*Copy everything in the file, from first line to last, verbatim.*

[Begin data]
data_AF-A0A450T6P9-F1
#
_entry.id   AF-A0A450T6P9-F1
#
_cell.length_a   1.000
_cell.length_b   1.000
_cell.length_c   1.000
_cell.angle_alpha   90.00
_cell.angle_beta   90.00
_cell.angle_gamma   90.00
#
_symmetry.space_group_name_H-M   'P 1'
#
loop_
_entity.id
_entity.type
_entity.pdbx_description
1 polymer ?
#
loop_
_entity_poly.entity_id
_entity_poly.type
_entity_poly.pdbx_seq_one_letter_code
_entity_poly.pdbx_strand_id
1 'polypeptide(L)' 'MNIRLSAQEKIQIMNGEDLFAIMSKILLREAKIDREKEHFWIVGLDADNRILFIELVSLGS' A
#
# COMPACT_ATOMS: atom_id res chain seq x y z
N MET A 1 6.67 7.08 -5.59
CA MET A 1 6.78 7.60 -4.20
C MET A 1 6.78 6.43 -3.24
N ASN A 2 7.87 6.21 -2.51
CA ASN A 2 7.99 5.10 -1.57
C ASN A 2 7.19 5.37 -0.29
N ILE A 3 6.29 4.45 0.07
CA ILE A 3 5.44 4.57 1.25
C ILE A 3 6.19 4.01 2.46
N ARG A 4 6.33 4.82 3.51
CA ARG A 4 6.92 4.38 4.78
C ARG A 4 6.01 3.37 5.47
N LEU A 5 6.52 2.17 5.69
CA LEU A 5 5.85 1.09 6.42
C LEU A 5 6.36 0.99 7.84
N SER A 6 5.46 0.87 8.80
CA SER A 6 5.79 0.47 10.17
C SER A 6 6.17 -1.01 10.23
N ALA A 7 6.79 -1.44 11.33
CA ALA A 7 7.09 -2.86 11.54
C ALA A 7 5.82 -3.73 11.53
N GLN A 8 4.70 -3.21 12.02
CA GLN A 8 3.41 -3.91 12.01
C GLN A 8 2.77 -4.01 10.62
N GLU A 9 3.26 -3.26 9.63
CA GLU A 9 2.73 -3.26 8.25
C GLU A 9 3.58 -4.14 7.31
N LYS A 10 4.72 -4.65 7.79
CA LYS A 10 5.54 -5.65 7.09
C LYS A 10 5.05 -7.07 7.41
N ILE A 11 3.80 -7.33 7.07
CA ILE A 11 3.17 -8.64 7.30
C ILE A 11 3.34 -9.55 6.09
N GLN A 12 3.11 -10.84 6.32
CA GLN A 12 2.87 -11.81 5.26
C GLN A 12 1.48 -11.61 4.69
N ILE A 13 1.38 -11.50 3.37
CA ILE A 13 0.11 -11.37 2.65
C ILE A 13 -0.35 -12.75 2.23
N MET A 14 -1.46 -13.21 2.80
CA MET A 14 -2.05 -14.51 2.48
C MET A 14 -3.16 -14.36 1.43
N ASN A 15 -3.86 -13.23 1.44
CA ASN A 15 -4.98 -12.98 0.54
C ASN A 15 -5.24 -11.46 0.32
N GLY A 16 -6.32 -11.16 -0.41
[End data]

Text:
data_AF-A0A450T6P9-F1
#
_entry.id   AF-A0A450T6P9-F1
#
_cell.length_a   1.000
_cell.length_b   1.000
_cell.length_c   1.000
_cell.angle_alpha   90.00
_cell.angle_beta   90.00
_cell.angle_gamma   90.00
#
_symmetry.space_group_name_H-M   'P 1'
#
loop_
_entity.id
_entity.type
_entity.pdbx_description
1 polymer ?
#
loop_
_entity_poly.entity_id
_entity_poly.type
_entity_poly.pdbx_seq_one_letter_code
_entity_poly.pdbx_strand_id
1 'polypeptide(L)' 'MNIRLSAQEKIQIMNGEDLFAIMSKILLREAKIDREKEHFWIVGLDADNRILFIELVSLGS' A
#
# COMPACT_ATOMS: atom_id res chain seq x y z
N MET A 1 6.67 7.08 -5.59
CA MET A 1 6.78 7.60 -4.20
C MET A 1 6.78 6.43 -3.24
N ASN A 2 7.87 6.21 -2.51
CA ASN A 2 7.99 5.10 -1.57
C ASN A 2 7.19 5.37 -0.29
N ILE A 3 6.29 4.45 0.07
CA ILE A 3 5.44 4.57 1.25
C ILE A 3 6.19 4.01 2.46
N ARG A 4 6.33 4.82 3.51
CA ARG A 4 6.92 4.38 4.78
C ARG A 4 6.01 3.37 5.47
N LEU A 5 6.52 2.17 5.69
CA LEU A 5 5.85 1.09 6.42
C LEU A 5 6.36 0.99 7.84
N SER A 6 5.46 0.87 8.80
CA SER A 6 5.79 0.47 10.17
C SER A 6 6.17 -1.01 10.23
N ALA A 7 6.79 -1.44 11.33
CA ALA A 7 7.09 -2.86 11.54
C ALA A 7 5.82 -3.73 11.53
N GLN A 8 4.70 -3.21 12.02
CA GLN A 8 3.41 -3.91 12.01
C GLN A 8 2.77 -4.01 10.62
N GLU A 9 3.26 -3.26 9.63
CA GLU A 9 2.73 -3.26 8.25
C GLU A 9 3.58 -4.14 7.31
N LYS A 10 4.72 -4.65 7.79
CA LYS A 10 5.54 -5.65 7.09
C LYS A 10 5.05 -7.07 7.41
N ILE A 11 3.80 -7.33 7.07
CA ILE A 11 3.17 -8.64 7.30
C ILE A 11 3.34 -9.55 6.09
N GLN A 12 3.11 -10.84 6.32
CA GLN A 12 2.87 -11.81 5.26
C GLN A 12 1.48 -11.61 4.69
N ILE A 13 1.38 -11.50 3.37
CA ILE A 13 0.11 -11.37 2.65
C ILE A 13 -0.35 -12.75 2.23
N MET A 14 -1.46 -13.21 2.80
CA MET A 14 -2.05 -14.51 2.48
C MET A 14 -3.16 -14.36 1.43
N ASN A 15 -3.86 -13.23 1.44
CA ASN A 15 -4.98 -12.98 0.54
C ASN A 15 -5.24 -11.46 0.32
N GLY A 16 -6.32 -11.16 -0.41